by Tom & Kai Gilb
(who we are)
We typically have many, and varied, sources of support for reaching our own objectives. Teams, contractors, consultants, Scrum teams etc. Let’s call any instance that helps us reach our own objectives, our ‘support team’.
I have worked in projects where the 'support team' that were meant to deliver to me, did not. Where I had responsibility to deliver value to my stakeholders, but my ‘support team’ did not deliver what I needed to me. The ‘support team’ created and delivered something, but not what I needed from them. Frustrating would be an understatement. As I ended up not being able to deliver as agreed.
First I recommend that we improve, not the ‘support team’. It is easy to point to the ‘support team’ and claim they are ineffective. But almost always I find that the main problems lie with us. We are unclear. We have not expressed clearly enough what success is, so they don’t know, don’t deliver.
We need to clearly express what success is with our objectives, and what the ‘support team’ is expected to deliver. They must know exactly what their responsibilities are, what is expected of them.
If they don’t know, they cannot be effective.
If we change, even a few details of our objectives: they should be informed, so they can change their support correspondingly.
If we hide our objectives, or we formulate them unclearly: then we are responsible for our ‘support team’s’ lack of ability to serve our interests.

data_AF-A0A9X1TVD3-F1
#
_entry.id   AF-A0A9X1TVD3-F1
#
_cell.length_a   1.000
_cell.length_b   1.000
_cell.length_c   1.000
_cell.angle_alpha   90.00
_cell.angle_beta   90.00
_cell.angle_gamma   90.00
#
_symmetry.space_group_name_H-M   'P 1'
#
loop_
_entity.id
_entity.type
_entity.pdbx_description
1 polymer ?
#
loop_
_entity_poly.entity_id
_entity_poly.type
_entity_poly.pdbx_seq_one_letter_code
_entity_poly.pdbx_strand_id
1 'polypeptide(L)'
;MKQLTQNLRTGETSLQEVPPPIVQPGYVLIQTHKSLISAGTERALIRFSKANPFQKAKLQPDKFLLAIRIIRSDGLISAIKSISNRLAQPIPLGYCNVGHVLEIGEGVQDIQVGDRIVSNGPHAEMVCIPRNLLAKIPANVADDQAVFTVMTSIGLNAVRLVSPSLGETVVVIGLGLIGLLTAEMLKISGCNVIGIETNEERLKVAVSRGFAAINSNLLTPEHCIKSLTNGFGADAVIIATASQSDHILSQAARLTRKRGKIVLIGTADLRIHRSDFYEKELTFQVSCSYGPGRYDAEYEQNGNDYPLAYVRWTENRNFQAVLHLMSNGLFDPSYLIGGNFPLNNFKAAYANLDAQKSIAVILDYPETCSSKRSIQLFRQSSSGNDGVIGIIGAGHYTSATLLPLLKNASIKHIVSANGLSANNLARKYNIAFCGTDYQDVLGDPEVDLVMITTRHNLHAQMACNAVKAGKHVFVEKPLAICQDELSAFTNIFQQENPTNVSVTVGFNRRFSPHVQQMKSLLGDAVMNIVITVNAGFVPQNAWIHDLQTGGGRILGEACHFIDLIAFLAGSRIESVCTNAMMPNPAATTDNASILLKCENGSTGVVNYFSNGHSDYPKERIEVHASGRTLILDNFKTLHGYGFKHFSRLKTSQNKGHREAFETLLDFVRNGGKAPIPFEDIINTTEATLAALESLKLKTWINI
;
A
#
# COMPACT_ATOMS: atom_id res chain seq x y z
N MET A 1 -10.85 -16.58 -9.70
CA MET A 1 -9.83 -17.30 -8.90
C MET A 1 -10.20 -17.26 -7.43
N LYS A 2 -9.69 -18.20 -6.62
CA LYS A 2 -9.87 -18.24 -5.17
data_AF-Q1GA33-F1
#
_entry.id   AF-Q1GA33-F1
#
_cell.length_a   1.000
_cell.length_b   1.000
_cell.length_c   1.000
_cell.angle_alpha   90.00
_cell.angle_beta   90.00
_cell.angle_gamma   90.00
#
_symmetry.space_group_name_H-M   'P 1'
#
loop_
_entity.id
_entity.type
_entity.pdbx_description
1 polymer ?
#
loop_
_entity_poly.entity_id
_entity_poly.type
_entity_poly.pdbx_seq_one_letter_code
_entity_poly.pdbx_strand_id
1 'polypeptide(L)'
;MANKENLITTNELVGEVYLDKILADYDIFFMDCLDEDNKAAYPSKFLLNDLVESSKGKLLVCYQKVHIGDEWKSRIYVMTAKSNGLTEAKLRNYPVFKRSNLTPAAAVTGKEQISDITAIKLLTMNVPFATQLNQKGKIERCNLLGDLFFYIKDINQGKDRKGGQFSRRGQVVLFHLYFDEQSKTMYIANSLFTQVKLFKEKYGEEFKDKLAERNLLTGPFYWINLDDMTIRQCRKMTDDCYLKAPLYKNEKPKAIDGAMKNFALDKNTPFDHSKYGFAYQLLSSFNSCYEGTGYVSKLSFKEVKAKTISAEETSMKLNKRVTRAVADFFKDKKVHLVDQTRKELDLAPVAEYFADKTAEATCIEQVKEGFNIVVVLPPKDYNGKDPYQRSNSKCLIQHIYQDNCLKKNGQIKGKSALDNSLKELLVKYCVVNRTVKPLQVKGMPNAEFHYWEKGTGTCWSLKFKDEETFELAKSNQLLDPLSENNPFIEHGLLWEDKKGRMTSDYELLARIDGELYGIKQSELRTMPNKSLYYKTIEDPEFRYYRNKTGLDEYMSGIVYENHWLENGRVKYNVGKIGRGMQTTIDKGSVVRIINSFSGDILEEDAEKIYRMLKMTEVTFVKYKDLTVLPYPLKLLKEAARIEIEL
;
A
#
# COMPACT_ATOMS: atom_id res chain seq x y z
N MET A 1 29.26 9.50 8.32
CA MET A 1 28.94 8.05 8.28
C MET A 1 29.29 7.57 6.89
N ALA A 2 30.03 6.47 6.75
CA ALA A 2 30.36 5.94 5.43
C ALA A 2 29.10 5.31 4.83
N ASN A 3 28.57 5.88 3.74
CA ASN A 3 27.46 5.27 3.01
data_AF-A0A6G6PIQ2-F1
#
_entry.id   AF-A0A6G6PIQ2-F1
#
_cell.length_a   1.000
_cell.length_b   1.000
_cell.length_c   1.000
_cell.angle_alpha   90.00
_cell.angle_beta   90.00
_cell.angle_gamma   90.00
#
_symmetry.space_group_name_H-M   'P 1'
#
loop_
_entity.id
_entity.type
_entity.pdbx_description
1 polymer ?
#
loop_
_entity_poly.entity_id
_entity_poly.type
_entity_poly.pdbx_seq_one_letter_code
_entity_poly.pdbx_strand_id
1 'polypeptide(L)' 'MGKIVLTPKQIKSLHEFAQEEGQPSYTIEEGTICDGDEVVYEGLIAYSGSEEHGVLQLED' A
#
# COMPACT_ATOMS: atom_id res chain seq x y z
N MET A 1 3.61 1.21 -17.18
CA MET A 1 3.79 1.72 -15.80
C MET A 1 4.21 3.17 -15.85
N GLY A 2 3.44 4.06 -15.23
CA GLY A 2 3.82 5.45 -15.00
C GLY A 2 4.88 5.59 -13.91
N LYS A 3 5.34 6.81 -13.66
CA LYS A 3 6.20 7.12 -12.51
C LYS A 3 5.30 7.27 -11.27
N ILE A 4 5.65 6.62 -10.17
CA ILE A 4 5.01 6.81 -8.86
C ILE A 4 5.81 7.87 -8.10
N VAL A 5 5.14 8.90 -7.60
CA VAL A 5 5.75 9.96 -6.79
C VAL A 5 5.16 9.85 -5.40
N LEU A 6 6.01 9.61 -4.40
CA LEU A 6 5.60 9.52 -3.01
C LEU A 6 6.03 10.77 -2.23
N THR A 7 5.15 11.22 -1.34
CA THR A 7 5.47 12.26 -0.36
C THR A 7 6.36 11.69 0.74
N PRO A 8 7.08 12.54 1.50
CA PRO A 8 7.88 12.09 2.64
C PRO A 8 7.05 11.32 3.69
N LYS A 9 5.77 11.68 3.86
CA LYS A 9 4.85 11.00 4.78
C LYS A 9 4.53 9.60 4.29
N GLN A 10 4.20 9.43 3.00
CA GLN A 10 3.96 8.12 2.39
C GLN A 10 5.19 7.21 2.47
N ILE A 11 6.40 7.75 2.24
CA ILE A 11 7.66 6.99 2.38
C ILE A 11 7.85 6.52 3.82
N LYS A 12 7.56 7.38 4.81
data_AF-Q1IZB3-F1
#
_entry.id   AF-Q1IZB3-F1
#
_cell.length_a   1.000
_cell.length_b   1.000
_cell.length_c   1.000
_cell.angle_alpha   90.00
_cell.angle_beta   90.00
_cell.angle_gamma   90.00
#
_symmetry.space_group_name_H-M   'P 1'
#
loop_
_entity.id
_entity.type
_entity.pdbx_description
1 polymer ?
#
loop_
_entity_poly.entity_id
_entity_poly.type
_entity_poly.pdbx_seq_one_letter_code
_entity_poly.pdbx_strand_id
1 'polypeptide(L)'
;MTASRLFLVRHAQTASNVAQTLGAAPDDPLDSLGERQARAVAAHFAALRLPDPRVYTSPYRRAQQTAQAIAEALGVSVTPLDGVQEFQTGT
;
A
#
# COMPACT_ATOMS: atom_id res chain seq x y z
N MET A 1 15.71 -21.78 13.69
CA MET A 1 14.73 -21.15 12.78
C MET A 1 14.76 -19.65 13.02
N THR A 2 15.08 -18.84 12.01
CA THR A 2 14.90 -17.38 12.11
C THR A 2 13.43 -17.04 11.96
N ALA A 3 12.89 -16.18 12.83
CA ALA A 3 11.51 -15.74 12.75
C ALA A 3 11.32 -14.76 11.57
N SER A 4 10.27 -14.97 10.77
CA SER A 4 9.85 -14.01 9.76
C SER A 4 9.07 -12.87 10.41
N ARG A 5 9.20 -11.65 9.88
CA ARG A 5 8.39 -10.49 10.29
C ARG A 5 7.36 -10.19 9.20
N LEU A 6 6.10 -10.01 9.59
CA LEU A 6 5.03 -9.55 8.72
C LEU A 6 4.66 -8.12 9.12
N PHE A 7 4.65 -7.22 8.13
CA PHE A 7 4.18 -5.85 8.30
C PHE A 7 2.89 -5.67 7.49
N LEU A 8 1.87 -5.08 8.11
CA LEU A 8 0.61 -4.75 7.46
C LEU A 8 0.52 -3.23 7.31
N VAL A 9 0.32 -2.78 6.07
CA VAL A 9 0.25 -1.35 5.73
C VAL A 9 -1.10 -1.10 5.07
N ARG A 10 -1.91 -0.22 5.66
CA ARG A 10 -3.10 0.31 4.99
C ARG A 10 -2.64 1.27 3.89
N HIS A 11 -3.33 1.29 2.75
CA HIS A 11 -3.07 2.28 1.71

If we tell them ‘how’ to do it (the means to our objective), rather than simply telling them ‘how well' it must work (in terms of our objectives); we bear responsibility for our choice, so be conscious of it. Normally, tell them ‘how well' it must work, and let them figure out ‘how’!
They should agree, or clearly disagree, that they will support reaching some of our objectives, to some degree.
They should be able to show a credible (numeric, experiential, guaranteed) relationship between their activity, and how it is helping us reach our objectives.
They should be able to show measurable numeric progress, at least using leading indicators, that their plans are working in practice. Early and frequently.
They should expect credibility and rewards, based, not on what they have done – with good intent – but what they have delivered of our objectives.
Outside contractors should be prepared to put their money where their mouth is, and base payment on our results, not just their effort.
Ask yourself, and ask others:
What are we expecting, of results on the success objectives at the level above us?
Have we written that claim explicitly?
Have we documented who made the claim?
Have we documented who is ‘result responsible’ for getting to the objectives?
All actions/tasks/work/efforts, must be explicitly targeted to reach the numeric objectives above.
When objectives change, the ‘support team’ must be notified immediately, so they can change accordingly.
‘Support teams’ should be evaluated on their ability to deliver higher level objectives within limited resources.
I find that this value chain at most places is DisConnected. Please share your ideas/observations/thoughts, in the comments below, on how to better connect the value chain. How do we ensure that people delivering to us deliver what we need, and that we develop and deliver what our customers need?
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